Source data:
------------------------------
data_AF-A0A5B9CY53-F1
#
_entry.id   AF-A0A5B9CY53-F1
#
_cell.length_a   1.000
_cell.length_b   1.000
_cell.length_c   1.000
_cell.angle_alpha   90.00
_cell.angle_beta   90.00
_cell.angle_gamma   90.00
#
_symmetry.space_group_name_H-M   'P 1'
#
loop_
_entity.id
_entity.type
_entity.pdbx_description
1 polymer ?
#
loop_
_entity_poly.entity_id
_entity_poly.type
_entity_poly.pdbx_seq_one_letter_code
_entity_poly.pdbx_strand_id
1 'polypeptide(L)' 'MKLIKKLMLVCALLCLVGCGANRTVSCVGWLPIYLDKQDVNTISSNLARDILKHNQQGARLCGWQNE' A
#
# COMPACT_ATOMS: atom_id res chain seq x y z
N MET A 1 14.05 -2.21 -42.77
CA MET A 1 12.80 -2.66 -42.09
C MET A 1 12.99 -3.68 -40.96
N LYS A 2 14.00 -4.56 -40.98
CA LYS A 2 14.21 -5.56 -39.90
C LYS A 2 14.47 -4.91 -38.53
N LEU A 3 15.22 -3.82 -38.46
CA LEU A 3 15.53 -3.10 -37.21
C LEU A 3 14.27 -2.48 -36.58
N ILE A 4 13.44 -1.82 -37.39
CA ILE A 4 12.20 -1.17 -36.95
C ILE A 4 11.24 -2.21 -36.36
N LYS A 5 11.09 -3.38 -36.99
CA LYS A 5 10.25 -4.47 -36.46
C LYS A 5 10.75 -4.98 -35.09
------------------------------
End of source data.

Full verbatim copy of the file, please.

data_AF-A0A5B9CY53-F1
#
_entry.id   AF-A0A5B9CY53-F1
#
_cell.length_a   1.000
_cell.length_b   1.000
_cell.length_c   1.000
_cell.angle_alpha   90.00
_cell.angle_beta   90.00
_cell.angle_gamma   90.00
#
_symmetry.space_group_name_H-M   'P 1'
#
loop_
_entity.id
_entity.type
_entity.pdbx_description
1 polymer ?
#
loop_
_entity_poly.entity_id
_entity_poly.type
_entity_poly.pdbx_seq_one_letter_code
_entity_poly.pdbx_strand_id
1 'polypeptide(L)' 'MKLIKKLMLVCALLCLVGCGANRTVSCVGWLPIYLDKQDVNTISSNLARDILKHNQQGARLCGWQNE' A
#
# COMPACT_ATOMS: atom_id res chain seq x y z
N MET A 1 14.05 -2.21 -42.77
CA MET A 1 12.80 -2.66 -42.09
C MET A 1 12.99 -3.68 -40.96
N LYS A 2 14.00 -4.56 -40.98
CA LYS A 2 14.21 -5.56 -39.90
C LYS A 2 14.47 -4.91 -38.53
N LEU A 3 15.22 -3.82 -38.46
CA LEU A 3 15.53 -3.10 -37.21
C LEU A 3 14.27 -2.48 -36.58
N ILE A 4 13.44 -1.82 -37.39
CA ILE A 4 12.20 -1.17 -36.95
C ILE A 4 11.24 -2.21 -36.36
N LYS A 5 11.09 -3.38 -36.99
CA LYS A 5 10.25 -4.47 -36.46
C LYS A 5 10.75 -4.98 -35.09